Many states require a dog bite victim to prove negligence in order to recover against the dog’s owner after a dog bite incident. Negligence is a fancy lawyer word that really just means that somebody was not careful enough. For example, if you know that your dog loves to attack small children, and you decide to let your dog run free in a children’s playground, you are being negligent. You are falling extremely far below a reasonable or expected standard of care. An owner who was not negligent would train their dog extremely well, he or she would not allow children to play with the dog, and in the event that the dog was forced to be around children, the dog would be leashed and muzzled. In a state where you must be able to show that the dog owner was negligent, it would be difficult to win the lawsuit if the dog has never before bitten anyone. That is why many states have codified the “One bite rule.” The one bite rule dictates that a dog owner cannot be liable for the resulting injuries if that particular dog has never before bitten anyone. The reason for this law is that even a reasonably careful person may not take very man steps to prevent their dog from biting someone if they have had their dog for a number of years and the dog has never before shown any signs of aggression. In states that follow the one bite rule, dog bites are documented so that a dog owner may be liable the second time the dog bites someone. At that point the dog has shown a propensity to be violent and a reasonably prudent person would take precautionary measures to prevent a second attack. If that second attack occurs, then the dog owner has been negligent.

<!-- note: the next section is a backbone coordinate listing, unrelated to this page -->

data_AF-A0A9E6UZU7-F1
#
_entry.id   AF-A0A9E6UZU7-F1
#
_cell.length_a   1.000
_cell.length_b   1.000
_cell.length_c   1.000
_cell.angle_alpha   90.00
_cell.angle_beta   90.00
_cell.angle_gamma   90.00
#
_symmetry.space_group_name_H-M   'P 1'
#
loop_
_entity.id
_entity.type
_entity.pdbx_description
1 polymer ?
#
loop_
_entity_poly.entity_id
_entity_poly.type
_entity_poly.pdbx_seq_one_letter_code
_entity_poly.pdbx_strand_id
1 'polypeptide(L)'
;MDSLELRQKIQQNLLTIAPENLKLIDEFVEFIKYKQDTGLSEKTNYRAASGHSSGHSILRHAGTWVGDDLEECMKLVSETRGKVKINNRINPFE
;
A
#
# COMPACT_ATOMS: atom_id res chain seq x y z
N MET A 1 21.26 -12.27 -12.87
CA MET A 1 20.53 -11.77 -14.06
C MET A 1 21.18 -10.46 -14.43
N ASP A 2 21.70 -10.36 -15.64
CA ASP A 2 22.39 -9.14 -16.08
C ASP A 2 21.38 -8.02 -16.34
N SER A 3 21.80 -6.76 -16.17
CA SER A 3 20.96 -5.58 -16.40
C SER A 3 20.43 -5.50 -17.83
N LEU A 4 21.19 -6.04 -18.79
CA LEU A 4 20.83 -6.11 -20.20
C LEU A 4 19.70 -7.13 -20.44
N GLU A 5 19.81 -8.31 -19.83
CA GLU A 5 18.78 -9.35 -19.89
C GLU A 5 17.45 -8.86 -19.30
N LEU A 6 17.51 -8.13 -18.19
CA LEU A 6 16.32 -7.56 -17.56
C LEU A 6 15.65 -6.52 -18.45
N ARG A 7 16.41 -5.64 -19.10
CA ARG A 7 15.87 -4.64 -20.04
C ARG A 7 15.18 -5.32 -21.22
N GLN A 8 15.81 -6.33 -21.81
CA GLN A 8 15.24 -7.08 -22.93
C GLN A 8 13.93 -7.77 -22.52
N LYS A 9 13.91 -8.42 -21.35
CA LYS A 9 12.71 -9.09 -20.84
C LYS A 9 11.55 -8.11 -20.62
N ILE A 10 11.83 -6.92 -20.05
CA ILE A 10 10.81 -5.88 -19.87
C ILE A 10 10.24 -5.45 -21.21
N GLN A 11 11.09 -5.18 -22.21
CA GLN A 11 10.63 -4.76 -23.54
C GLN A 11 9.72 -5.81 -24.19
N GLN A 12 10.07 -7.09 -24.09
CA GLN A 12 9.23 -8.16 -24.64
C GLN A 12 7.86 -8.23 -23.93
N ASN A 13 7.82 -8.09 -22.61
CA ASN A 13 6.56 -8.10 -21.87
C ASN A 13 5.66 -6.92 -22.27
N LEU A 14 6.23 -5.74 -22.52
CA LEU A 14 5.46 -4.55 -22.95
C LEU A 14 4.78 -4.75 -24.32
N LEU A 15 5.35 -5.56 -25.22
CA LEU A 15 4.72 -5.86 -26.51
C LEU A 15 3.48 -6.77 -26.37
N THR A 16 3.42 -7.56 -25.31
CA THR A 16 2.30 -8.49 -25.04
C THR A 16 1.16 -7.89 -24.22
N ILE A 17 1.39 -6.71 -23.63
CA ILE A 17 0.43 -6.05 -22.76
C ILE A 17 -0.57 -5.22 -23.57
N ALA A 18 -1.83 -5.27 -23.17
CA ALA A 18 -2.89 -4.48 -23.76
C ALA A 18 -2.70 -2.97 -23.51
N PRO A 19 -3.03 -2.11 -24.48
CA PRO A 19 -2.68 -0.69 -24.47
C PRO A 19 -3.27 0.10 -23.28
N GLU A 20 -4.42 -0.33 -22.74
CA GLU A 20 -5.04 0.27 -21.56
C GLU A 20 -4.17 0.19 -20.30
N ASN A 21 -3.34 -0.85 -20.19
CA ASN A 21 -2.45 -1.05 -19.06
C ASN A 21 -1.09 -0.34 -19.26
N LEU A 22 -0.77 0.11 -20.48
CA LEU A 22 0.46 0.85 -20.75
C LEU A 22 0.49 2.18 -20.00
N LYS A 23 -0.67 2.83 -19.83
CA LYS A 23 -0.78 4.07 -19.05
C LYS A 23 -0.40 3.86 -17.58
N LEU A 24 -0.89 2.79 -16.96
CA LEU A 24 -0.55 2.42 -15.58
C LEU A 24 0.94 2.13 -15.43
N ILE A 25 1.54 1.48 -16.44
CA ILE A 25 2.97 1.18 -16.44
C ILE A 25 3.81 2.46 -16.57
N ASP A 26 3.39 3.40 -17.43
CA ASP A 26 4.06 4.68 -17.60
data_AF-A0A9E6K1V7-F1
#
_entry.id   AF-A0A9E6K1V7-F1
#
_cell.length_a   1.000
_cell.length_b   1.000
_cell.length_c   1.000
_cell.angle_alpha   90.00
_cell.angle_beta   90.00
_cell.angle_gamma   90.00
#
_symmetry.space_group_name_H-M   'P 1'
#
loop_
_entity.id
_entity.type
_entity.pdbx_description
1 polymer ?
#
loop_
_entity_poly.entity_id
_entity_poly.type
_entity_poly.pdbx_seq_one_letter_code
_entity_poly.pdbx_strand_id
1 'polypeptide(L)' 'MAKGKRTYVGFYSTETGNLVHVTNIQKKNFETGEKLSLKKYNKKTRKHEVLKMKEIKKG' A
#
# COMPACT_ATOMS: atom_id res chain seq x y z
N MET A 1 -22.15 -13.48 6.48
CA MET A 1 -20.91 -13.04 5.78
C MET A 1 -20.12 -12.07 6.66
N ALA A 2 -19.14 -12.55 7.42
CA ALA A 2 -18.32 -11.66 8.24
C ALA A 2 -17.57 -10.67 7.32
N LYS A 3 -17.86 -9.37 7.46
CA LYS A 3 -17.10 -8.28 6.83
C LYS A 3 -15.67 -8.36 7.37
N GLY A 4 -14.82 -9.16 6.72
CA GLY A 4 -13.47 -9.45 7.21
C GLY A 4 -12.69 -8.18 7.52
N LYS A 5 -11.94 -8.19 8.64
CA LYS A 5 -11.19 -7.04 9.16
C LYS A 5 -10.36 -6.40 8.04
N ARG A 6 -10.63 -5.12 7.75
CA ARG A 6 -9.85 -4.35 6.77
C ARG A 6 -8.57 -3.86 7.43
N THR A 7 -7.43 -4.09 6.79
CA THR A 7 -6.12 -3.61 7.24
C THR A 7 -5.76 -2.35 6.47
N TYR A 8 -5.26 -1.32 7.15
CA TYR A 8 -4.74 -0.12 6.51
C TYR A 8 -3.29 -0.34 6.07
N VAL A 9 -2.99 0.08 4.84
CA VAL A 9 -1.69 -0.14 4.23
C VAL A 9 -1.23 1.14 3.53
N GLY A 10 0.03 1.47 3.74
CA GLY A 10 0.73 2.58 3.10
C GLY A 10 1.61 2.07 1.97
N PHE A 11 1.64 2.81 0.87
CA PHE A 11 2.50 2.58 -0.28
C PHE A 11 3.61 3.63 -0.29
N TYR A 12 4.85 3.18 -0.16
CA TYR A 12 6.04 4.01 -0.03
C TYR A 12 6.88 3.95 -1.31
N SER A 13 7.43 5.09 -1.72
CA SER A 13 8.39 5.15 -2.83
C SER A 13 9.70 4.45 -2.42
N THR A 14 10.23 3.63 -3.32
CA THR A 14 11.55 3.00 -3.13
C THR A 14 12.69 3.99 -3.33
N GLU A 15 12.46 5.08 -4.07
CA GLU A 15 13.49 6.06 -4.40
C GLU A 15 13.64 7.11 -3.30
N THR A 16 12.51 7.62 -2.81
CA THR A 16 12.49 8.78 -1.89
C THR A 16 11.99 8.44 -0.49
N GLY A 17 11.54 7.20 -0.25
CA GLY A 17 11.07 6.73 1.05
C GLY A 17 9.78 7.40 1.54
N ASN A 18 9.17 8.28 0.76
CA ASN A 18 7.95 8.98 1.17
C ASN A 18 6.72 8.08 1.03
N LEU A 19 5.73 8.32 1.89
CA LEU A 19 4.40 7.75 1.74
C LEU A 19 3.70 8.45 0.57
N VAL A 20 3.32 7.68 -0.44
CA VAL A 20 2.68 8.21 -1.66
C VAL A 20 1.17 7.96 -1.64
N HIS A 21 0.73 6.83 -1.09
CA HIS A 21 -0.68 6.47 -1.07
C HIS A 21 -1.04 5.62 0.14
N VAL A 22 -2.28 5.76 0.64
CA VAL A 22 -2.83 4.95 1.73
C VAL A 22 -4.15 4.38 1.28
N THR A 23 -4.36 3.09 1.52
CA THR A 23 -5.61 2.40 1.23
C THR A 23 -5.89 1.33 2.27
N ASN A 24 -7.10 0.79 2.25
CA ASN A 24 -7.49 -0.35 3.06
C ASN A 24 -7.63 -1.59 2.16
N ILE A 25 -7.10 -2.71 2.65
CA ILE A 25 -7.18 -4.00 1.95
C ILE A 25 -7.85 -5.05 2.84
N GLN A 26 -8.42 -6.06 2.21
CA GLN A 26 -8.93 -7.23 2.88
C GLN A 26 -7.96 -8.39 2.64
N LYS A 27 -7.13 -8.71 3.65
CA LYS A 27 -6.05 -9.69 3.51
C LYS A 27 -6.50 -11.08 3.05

The State of Utah does not allow such shenanigans. Utah dogs are not given one free pass. Just as people are subject to prosecution the first time they assault someone, dog owners are subject to liability the first time their dog bites and injures someone. Some are fans of this law and others are not. Dog owners argue that it is overly burdensome to expect them to be automatically liable for any and all damages caused by their dogs. Then again, a victim of a dog attack may offer a very compelling viewpoint that dog attacks can be extremely physically and emotionally damaging and they should be prevented at all costs. After all, what is the incentive to own a knowingly dangerous and aggressive animal? Surely their costs to society are not outweighed by their utility.
Most victims of dog attacks feel mistreated and slighted. Offering to help pay for medical bills can go a long way to mending a relationship and making things right. Those that have been bitten by dogs should understand that the dog owner likely did not intend to injure them. The dog owner would almost always go back in time and prevent the attack if they could. At the same time, dog owners should understand that the victim did not ask to be bitten by a dog. No victim would intentionally allow himself or herself to be bitten in an attempt to collect a settlement. That would be absurd. Contacting a dog bite lawyer should be the first thing you do after an accident, he or she can educate you as to your rights and help you resolve the problem as amicably as possible.